Take the 2-minute tour ×
Stack Overflow is a question and answer site for professional and enthusiast programmers. It's 100% free, no registration required.

I'm working on an iPad app using 3.2 sdk. I'm dealing with obtaining the keyboard size to prevent my textfields from hidding behind it.

I'm getting a Warning in Xcode -> UIKeyboardBoundsUserInfoKey is deprecated what should I use instead not to get this warning?

share|improve this question

8 Answers 8

up vote 81 down vote accepted

I played with the previously offered solution but still had issues. Here's what I came up with instead:

    - (void)keyboardWillShow:(NSNotification *)aNotification {
    [self moveTextViewForKeyboard:aNotification up:YES];
}

    - (void)keyboardWillHide:(NSNotification *)aNotification {
        [self moveTextViewForKeyboard:aNotification up:NO]; 
    }

- (void) moveTextViewForKeyboard:(NSNotification*)aNotification up: (BOOL) up{
NSDictionary* userInfo = [aNotification userInfo];

// Get animation info from userInfo
NSTimeInterval animationDuration;
UIViewAnimationCurve animationCurve;

CGRect keyboardEndFrame;

[[userInfo objectForKey:UIKeyboardAnimationCurveUserInfoKey] getValue:&animationCurve];
[[userInfo objectForKey:UIKeyboardAnimationDurationUserInfoKey] getValue:&animationDuration];


[[userInfo objectForKey:UIKeyboardFrameEndUserInfoKey] getValue:&keyboardEndFrame];


// Animate up or down
[UIView beginAnimations:nil context:nil];
[UIView setAnimationDuration:animationDuration];
[UIView setAnimationCurve:animationCurve];

CGRect newFrame = textView.frame;
CGRect keyboardFrame = [self.view convertRect:keyboardEndFrame toView:nil];

newFrame.origin.y -= keyboardFrame.size.height * (up? 1 : -1);
textView.frame = newFrame;

[UIView commitAnimations];
}
share|improve this answer
    
You guys saved my day. Thank u! –  f0rz Jul 7 '10 at 7:24
6  
While this code will generally work, there are some breaking conditions. For example, if the user has more than one keyboard installed and they switch keyboards using the international keyboard key (which only displays if you have more than one keyboard installed). This will throw a UIKeyboardWillShowNotification, even though the keyboard is already shown. The result will be that your textField will be moved up another keyboard height up the screen. This will occur every time the international keyboard key is pressed. –  Michael G. Emmons Aug 19 '10 at 18:10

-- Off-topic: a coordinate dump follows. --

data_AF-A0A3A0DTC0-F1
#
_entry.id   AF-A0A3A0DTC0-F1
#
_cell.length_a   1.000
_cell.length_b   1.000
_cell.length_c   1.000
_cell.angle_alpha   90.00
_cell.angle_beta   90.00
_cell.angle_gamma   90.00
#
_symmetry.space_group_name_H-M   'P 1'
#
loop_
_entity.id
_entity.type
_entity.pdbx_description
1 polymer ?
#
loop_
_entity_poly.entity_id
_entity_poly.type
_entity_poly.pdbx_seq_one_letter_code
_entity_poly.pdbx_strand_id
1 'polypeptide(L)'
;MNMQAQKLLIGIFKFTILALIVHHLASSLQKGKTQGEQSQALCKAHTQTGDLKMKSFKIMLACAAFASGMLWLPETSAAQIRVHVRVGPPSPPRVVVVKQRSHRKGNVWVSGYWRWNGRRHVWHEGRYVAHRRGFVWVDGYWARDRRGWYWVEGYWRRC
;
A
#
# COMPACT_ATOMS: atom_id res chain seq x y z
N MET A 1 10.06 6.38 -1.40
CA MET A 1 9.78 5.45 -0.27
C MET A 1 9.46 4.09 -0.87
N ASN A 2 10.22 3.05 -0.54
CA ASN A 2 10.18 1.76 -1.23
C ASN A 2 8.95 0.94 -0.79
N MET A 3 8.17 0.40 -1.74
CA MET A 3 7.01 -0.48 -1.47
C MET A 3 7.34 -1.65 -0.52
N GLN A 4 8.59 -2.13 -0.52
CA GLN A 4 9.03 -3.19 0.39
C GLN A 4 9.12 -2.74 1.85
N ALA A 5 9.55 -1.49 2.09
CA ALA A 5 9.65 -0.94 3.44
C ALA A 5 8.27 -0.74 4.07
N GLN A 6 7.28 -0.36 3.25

1  
I agree with Harkonian that you will need to set a BOOL that keeps track of whether there is already a keyboard being displayed. Before UIKeyboardBoundsUserInfoKey, I had offered a solution that's very similar to Jason's solution with the addition of the BOOL that kept track of the presence of the keyboard. I do like Jason's solution though. Very clean. stackoverflow.com/questions/1126726/… –  Shiun Sep 15 '10 at 21:18
    
@Answerbot: My fix to that Chinese/Japanese keyboard problem below: stackoverflow.com/a/12953447/401329 –  junjie Oct 18 '12 at 11:22

From the documentation for UIKeyboardBoundsUserInfoKey:

The key for an NSValue object containing a CGRect that identifies the bounds rectangle of the keyboard in window coordinates. This value is sufficient for obtaining the size of the keyboard. If you want to get the origin of the keyboard on the screen (before or after animation) use the values obtained from the user info dictionary through the UIKeyboardCenterBeginUserInfoKey or UIKeyboardCenterEndUserInfoKey constants. Use the UIKeyboardFrameBeginUserInfoKey or UIKeyboardFrameEndUserInfoKey key instead.

Apple recommends implementing a convenience routine such as this (which could be implemented as a category addition to UIScreen):

+ (CGRect) convertRect:(CGRect)rect toView:(UIView *)view {
    UIWindow *window = [view isKindOfClass:[UIWindow class]] ? (UIWindow *) view : [view window];
    return [view convertRect:[window convertRect:rect fromWindow:nil] fromView:nil];
}

to recover window-adjusted keyboard frame size properties.

I took a different approach, which involves checking the device orientation:

CGRect _keyboardEndFrame;
[[notification.userInfo valueForKey:UIKeyboardFrameEndUserInfoKey] getValue:&_keyboardEndFrame];
CGFloat _keyboardHeight = ([[UIDevice currentDevice] orientation] == UIDeviceOrientationPortrait || [[UIDevice currentDevice] orientation] == UIDeviceOrientationPortraitUpsideDown) ? _keyboardEndFrame.size.height : _keyboardEndFrame.size.width;
share|improve this answer
    
Thank you Alex. I was very hard to find information on this topic, your response will surely help in my project. –  Mikeware May 11 '10 at 16:49
    
Do you happen to have a link to that recommendation by Apple? –  Senseful May 19 '10 at 5:21